Over buffalo trails Indian runners were able to move at full speed, in relays. They travelled literally thousands of miles, from one side of the continent to the other, bearing messages or goods to friends, or deadly warfare to enemies. Most of our early highways followed old Indian trails. The oldest and biggest Indian trails were made and maintained by the buffalo.
Movement of the buffalo was naturally determined by three factors: food, water and salt licks. Buffalo herds consumed prodigious quantities of vegetation, water and salty mud, as they migrated back and forth in America as herbivores still do today in Africa. The wandering Shawnee were the great intriguers and travellers, during pioneer days, "For example, Tecumseh, or his agents, covered the entire country from the Seminole of Florida to the tribes on the headwaters of the Missouri." This travel was over the old migration paths of the buffalo, while the Shawnee were belatedly and futilly trying to unite the Indian nations in resistance to White settlement of the frontier that was in his time the eastern side of the Mississippi.
But America's western frontier of European exploration and settlement was more like a net than a palisade. Little people flowed back and forth through the frontier without even noticing it, and without being noticed. It was only when governments become involved that frontiers have any clear limits, or political and economic meaning. The son of a White man and an Indian mother had much to learn about boundaries, territorial and cultural.
For the son of a White woman and an Indian man, there might be a whole different set of lessons to learn. A few people, White, Indian, and Black, learned to move with ease across all the boundaries. But the frontier culture was sharp and brittle on both sides of the border, and pain was a constant companion to the frontiersman, in one form or another. The frontier culture was always quite complex, and the traveler in the Southeast might have occasion to use several national languages in a day's travel, in order to accomplish his missions.
The Myers article goes on, "The Iroquois of New York were familiar with the country as far west as the Black Hills of Dakota, whence they returned with prisoners; the same Indians went from New York to South Carolina to attack the Catawba and into Florida against the Creeks..." These forays had precedences in the wars that created the linguistic and cultural mosaics that were the Indian nations of the times. The dynamics of the Indian national cultural evolutions must be understood, if we are to have a mature appreciation of what it means to be an Indian.
Historical European cultural and genetic elements began to come into Indian national cultures by the early 1500's. Pre-historic foreign elements impacting on America native peoples were many, and varied greatly in source and content. The Asian, North African, Irish, Viking, and Welsh influences, in that order, are prevalent in ancient and modern literature on the discovery and colonization of America. They provide Native American cultural enrichment that is real and affective, as the Greek and Caneanite myths respectively enrich the cultures of Britain and Ireland, and historically each other.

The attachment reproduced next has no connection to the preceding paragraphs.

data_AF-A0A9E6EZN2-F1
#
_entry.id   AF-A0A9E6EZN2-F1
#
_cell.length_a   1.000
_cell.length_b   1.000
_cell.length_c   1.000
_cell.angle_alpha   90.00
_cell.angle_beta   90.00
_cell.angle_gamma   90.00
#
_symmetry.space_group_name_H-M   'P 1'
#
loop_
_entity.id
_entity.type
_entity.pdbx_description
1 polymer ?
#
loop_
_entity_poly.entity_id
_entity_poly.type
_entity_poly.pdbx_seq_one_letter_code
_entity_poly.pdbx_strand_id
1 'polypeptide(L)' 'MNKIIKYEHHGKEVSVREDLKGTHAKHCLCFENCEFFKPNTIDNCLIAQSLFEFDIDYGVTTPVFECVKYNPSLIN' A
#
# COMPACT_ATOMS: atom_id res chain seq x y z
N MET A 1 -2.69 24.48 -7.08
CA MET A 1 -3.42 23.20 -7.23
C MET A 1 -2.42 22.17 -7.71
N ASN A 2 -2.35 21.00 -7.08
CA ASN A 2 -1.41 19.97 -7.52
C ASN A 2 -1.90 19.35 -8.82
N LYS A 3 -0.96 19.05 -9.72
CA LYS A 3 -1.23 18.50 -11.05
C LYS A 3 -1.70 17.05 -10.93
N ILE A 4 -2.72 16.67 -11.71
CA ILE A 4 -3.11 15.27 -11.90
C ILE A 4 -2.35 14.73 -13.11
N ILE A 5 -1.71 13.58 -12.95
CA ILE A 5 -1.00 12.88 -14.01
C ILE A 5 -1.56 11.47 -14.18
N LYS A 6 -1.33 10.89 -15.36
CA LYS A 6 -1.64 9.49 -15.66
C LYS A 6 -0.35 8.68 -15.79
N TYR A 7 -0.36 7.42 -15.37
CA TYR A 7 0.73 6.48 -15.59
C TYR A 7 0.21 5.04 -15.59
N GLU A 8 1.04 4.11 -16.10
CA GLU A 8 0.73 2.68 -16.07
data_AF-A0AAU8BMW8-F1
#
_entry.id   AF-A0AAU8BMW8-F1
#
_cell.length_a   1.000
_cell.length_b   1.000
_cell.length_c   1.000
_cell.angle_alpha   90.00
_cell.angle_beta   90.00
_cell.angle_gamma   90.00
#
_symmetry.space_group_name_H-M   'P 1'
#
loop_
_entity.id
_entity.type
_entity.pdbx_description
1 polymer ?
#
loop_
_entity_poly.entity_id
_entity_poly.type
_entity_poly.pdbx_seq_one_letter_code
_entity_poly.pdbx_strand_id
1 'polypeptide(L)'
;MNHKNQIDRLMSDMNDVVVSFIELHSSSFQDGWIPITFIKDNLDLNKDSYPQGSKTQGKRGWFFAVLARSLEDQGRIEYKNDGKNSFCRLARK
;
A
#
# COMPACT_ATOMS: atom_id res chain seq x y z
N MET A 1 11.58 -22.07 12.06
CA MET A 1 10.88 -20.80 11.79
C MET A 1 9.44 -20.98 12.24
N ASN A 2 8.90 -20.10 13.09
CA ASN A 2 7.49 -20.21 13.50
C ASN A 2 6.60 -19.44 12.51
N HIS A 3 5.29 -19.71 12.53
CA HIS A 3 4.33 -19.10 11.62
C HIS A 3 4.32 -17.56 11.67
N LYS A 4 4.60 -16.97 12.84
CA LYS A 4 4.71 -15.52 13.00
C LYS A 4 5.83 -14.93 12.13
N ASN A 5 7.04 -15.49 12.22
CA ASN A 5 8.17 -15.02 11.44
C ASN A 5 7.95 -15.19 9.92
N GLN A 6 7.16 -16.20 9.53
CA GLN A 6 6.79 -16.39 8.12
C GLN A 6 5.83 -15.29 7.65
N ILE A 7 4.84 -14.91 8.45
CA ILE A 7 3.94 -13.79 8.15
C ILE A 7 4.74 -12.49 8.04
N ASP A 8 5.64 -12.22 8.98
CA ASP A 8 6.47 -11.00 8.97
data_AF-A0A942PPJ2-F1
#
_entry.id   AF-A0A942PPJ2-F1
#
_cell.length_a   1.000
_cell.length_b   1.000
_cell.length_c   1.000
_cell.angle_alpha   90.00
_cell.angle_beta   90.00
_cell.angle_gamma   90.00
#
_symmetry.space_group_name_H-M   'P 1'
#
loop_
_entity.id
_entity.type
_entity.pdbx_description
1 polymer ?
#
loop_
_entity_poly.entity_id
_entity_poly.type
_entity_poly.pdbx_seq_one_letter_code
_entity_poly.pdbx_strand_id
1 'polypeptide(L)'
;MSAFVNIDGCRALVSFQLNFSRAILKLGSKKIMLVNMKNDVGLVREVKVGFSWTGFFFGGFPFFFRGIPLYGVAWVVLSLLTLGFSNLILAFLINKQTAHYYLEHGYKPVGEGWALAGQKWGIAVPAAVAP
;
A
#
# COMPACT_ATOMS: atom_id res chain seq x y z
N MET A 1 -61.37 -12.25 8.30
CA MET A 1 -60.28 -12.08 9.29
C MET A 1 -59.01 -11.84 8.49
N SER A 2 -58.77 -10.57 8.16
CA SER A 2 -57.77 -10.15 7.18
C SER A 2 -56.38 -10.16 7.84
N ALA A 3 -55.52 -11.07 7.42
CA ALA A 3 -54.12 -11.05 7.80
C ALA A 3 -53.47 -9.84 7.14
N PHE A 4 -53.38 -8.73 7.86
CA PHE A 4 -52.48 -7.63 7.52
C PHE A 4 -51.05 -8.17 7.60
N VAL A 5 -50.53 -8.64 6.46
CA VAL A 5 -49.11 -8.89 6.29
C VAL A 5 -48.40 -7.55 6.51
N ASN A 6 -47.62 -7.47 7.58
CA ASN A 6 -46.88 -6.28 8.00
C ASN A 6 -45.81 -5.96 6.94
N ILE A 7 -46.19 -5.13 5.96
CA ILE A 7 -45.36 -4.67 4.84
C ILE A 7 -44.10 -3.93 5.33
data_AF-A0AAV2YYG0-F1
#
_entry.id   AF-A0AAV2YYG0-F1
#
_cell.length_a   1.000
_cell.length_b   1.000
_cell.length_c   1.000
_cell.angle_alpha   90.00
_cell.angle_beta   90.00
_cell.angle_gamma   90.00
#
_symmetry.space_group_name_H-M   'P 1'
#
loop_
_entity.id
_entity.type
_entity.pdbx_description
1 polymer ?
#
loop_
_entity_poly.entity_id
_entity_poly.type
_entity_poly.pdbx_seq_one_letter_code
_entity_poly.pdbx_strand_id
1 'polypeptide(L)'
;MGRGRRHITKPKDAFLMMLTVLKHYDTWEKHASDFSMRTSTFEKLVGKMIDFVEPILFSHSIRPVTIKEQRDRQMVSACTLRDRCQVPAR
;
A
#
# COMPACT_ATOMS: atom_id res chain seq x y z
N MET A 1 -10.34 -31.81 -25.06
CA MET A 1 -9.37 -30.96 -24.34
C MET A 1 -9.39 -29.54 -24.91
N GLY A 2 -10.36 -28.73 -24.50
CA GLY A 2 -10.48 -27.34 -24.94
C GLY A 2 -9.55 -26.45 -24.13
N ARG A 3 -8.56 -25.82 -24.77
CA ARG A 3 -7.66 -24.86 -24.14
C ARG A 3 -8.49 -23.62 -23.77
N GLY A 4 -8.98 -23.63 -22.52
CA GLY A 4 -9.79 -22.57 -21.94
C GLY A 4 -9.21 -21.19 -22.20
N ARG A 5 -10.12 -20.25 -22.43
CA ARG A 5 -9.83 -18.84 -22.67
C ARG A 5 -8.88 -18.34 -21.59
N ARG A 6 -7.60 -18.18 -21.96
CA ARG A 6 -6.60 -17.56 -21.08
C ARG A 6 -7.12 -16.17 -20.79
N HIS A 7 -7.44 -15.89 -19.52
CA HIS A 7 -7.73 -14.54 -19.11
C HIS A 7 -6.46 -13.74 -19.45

Unfortunately, a concerted effort has been made to deprive the Native American of a Pre-History and Mythology that culturally connects him with the nations that have sponsored his own national destruction through centuries of our past This relates to the philosophical polemic analyzed by Antonello Gerbi, in The Dispute of the New World, published by the University of Pittsburg Press in English in 1973, in which the Native American people and other phenomena are invidiously compared with those of the Old World. It was a dispute in which European anthropological authorities, like Buffon, contended that the Native American was an inferior sub-species of Man, and sold the idea to land-grabbers and exploiters, for whom the idea worked in the dispossession of the Indian of his land and life itself.
The conflicts between different groups of Indians played right into the hands of those who would exploit them. Conflicts over hunting grounds are the classic bases of the animosities between Indian groups. The antecedents of the historic Indian nations were migratory hunters. When the hunters were few, and the game was plentiful, good leaders could keep conflicts between their peoples to a minimum. But when the hunters began to compete for the same animals, nationalism was the next development. Nations are the leader's way to keep people organized to prosecute their competitive conflicts.
When the Woodland peoples migrated to follow herds, they supplemented their meat diets, as the bears do, with berries, nuts, and other vegetables, and a variety of fish, arthropods, shellfish, grubs, and so on, depending on their tastes and circumstances. Sometime around the year 1,000, coincidentally with the arrival of the Viking-, agriculture and metal crafts became important in the Ohio-MissisippiMissouri Basin (OMMB). About the year 1,200, coincidental with the myth of a Welsh sojourn in Mexico and their colonization of the Mobile Bay area, urbanization and obvious Aztec influences became marked in the OMMB.
According to official doctrine, the earliest hunter and agrarian peoples of America came to this continent from Asia. With urbanization, the people of the Adena and Hopewell cultures began to experience supply problems, particular where food was concerned. The Adena were broad-headed types, like orientals, who broadened their heads artificially to enhance the difference between themselves and long-headed interlopers, indicating their original dominance. The Hopewell were a long-headed people, like Europeans. Late in their culture the Hopewell people began to flatten their heads.